Sunday, 19 August 2012

A Very Wet Afternoon in Laem Pak Bia

Great Egret

Torrential rain meant my efforts to locate the Great Thick-knee at the Abandoned Building area in Laem Pak Bia were unsuccessful. The problem was the volume of surface water on the dirt tracks and I had to get my truck onto a sealed surface to avoid getting stuck or worse. It really was no fun and at various points my truck was effectively out of control; fortunately the terrain is flat here but on a sloping surface this might have been deadly. I did learn from some birders that the bird had been seen in morning. I am in the privileged position of having seen the Great Thick-knee in each of the last two years but a couple of friends are itching to add this species to their lists and are actively contemplating a long distance twitch. In view of this I would have liked to confirm a positive sighting.

So the weather was the story today. Not surprising really. This is the rainy season and it does tend to hammer down, often in short bursts. The only real problem tends to be the effect on unsealed roads of which there are many. Later in the afternoon I almost got stuck at the King's Project as my tyres were struggling to get traction.

Common Redshank juv
With grateful thanks to Dave Gandy & Phil Round for the ID

The good news is there were plenty of waders and in amongst all the usual suspects I was pleased to note Pacific Golden Plovers and Grey Plovers. There were also good numbers of Black-tailed Godwits and Curlews and a fair few Whimbrel too; add in some Greenshanks and Marsh Sandpipers. I didn't see anything unusual but observation conditions weren't so good but I did scan the godwits and curlews for  black bills; unfortunately most of the birds were a distance away and they were roosting with their bills tucked away so pretty difficult to make anything out.

Greater Painted Snipe

There were 7-8 Spot-billed Pelicans two of which I managed to photograph. I am pleased with the shot as they were about 80 yards away and the light was poor. I was also pleased to get all of the Great Egret in the frame and could only have wished for better light to do this elegant bird justice.

I must confess to struggling with the ID of the "tringa". It's those reddish legs that have thrown me. I would expect some red on the bill for one of the Redshank species and on consideration I would expect the legs to be a much richer red. I would say Wood Sandpiper. In Shorebirds ( Hayman et al.)  Woodsandpiper legs are described as "...dull yellowish, usually greenish or brownish-yellow, always looking pale at a distance." That possibly solves the leg issue and of course the bill is undoubtedly that of a Woodsandpiper: once more Shorebirds notes "...a blackish distal half and an olive-green or yellow-green base." I have just learned what "distal" means: furthest away from the centre of the body. So I would say Wood Sand. Of course I would appreciate confirmation or correction.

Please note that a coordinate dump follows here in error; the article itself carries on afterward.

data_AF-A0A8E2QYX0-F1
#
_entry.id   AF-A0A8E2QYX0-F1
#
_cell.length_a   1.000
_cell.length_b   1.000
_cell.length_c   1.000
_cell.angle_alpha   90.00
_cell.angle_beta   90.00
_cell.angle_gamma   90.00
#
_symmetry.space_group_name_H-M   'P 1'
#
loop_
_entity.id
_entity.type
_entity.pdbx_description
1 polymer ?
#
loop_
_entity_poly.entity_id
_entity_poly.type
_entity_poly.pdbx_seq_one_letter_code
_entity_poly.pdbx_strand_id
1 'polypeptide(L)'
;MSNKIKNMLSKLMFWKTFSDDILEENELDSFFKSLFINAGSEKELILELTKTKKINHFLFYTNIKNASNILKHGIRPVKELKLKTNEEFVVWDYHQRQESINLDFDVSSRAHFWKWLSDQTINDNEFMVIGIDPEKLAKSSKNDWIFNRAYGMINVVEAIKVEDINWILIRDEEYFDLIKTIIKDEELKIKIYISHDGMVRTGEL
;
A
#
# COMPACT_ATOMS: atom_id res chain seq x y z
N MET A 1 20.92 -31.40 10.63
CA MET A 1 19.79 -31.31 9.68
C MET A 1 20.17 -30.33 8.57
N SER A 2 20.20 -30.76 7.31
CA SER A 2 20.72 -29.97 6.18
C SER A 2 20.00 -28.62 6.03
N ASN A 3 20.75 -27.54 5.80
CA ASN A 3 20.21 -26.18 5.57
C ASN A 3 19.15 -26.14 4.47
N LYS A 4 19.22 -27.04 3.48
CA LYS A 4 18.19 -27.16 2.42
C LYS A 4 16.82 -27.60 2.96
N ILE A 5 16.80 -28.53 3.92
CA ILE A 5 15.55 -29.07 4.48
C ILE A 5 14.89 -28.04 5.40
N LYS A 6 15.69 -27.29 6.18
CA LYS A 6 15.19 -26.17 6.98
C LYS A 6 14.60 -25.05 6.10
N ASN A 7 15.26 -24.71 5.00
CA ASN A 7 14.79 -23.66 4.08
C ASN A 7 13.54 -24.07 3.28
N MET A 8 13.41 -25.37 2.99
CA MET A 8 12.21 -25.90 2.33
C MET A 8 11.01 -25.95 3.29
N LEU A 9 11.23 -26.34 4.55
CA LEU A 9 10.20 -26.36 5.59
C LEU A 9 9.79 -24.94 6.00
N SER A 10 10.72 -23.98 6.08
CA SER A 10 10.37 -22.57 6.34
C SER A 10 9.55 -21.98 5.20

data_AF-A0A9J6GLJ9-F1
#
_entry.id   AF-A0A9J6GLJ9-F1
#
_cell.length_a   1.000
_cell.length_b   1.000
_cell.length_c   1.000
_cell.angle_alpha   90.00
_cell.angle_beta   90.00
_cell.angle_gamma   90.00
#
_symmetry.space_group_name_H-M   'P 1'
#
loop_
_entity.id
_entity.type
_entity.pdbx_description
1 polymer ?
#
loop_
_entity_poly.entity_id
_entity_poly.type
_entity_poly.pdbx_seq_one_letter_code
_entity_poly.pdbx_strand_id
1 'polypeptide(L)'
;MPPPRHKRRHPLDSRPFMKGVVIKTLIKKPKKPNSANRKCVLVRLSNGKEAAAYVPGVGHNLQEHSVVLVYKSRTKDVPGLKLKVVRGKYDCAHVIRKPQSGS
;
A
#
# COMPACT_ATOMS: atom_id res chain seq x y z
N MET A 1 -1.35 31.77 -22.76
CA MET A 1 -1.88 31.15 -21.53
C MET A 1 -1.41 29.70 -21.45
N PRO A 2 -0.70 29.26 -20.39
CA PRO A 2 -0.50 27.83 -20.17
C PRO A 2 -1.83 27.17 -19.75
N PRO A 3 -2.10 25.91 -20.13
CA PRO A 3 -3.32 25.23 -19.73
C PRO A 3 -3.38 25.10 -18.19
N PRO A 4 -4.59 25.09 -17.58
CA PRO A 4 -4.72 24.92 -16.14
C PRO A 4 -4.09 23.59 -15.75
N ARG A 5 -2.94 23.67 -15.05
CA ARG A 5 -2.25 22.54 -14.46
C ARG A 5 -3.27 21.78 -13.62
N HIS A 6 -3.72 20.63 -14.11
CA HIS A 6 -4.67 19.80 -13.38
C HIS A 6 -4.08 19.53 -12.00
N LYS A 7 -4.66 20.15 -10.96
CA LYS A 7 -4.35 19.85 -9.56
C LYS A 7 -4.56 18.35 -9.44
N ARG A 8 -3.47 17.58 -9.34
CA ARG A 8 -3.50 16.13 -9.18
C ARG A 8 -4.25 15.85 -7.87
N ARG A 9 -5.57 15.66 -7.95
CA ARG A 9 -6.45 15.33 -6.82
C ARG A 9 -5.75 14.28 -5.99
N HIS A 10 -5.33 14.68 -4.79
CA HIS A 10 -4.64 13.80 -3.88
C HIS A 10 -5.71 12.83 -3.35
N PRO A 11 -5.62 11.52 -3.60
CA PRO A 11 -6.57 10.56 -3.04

Update: Dave Sargeant suggests a female Ruff as the reddish legs for a Wood Sandpiper are "off"; looking at the bill which I now see has some decurving, I think he might be right!  Tom Backlund is of the view it is a Wood Sand as "...the bill and legs are way too long..". Dave Gandy thinks it is a juvenile Redshank and he's sure! Fascinating stuff. Well I had to seek Phil Round's opinion because I don't know what it is. From Phil: "Dave Gandy has it right!! It is a juvenile Common Redshank. The legs are far too orange for a Wood Sandpiper. Enough of the back can be seen to show the even upperparts spotting typical of juvenile Tringa. The dull purplish-flesh (no red) to both mandibles indicate juvenile Common Redshank. Also, we already know that we get a massive wave of juv Common Redshanks passing through LPB in mid-August." I am very happy to get this sorted out. Thanks to all for their help and contributions. This process underlines what a complex and challenging task bird identification can be.

The Greater Painted Snipe knew I was near and refused to come out and pose. I'll need to develop my Photoshop skills in order to learn how to remove the strands of grass which are disguising this truly beautiful bird. I have moved one strand which crossed its bill but the others will require a much more precise procedure which I haven't learned yet!

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